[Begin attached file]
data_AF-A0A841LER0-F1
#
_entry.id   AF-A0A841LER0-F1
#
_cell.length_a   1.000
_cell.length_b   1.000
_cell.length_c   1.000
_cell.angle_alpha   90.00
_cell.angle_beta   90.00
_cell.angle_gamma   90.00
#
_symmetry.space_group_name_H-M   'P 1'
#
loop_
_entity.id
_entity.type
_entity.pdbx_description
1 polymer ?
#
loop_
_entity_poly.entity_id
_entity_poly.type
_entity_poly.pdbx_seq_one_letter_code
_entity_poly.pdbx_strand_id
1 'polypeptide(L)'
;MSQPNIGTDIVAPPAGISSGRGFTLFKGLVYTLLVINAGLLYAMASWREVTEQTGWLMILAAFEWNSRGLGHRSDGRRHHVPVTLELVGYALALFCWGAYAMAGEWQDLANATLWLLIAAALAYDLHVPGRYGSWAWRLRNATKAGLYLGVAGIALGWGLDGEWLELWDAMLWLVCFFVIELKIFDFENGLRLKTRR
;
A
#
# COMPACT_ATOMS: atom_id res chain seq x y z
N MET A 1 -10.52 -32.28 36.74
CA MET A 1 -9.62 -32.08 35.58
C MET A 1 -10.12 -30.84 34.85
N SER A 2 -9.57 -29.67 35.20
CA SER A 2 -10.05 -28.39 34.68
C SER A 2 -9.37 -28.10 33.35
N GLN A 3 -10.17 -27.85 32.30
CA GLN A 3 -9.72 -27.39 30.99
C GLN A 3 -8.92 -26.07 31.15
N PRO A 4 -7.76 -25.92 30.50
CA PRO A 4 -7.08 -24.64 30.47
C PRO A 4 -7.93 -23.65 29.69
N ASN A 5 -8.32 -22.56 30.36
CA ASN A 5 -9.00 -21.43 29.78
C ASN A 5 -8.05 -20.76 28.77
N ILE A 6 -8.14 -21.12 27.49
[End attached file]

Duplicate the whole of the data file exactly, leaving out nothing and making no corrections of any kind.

data_AF-A0A841LER0-F1
#
_entry.id   AF-A0A841LER0-F1
#
_cell.length_a   1.000
_cell.length_b   1.000
_cell.length_c   1.000
_cell.angle_alpha   90.00
_cell.angle_beta   90.00
_cell.angle_gamma   90.00
#
_symmetry.space_group_name_H-M   'P 1'
#
loop_
_entity.id
_entity.type
_entity.pdbx_description
1 polymer ?
#
loop_
_entity_poly.entity_id
_entity_poly.type
_entity_poly.pdbx_seq_one_letter_code
_entity_poly.pdbx_strand_id
1 'polypeptide(L)'
;MSQPNIGTDIVAPPAGISSGRGFTLFKGLVYTLLVINAGLLYAMASWREVTEQTGWLMILAAFEWNSRGLGHRSDGRRHHVPVTLELVGYALALFCWGAYAMAGEWQDLANATLWLLIAAALAYDLHVPGRYGSWAWRLRNATKAGLYLGVAGIALGWGLDGEWLELWDAMLWLVCFFVIELKIFDFENGLRLKTRR
;
A
#
# COMPACT_ATOMS: atom_id res chain seq x y z
N MET A 1 -10.52 -32.28 36.74
CA MET A 1 -9.62 -32.08 35.58
C MET A 1 -10.12 -30.84 34.85
N SER A 2 -9.57 -29.67 35.20
CA SER A 2 -10.05 -28.39 34.68
C SER A 2 -9.37 -28.10 33.35
N GLN A 3 -10.17 -27.85 32.30
CA GLN A 3 -9.72 -27.39 30.99
C GLN A 3 -8.92 -26.07 31.15
N PRO A 4 -7.76 -25.92 30.50
CA PRO A 4 -7.08 -24.64 30.47
C PRO A 4 -7.93 -23.65 29.69
N ASN A 5 -8.32 -22.56 30.36
CA ASN A 5 -9.00 -21.43 29.78
C ASN A 5 -8.05 -20.76 28.77
N ILE A 6 -8.14 -21.12 27.49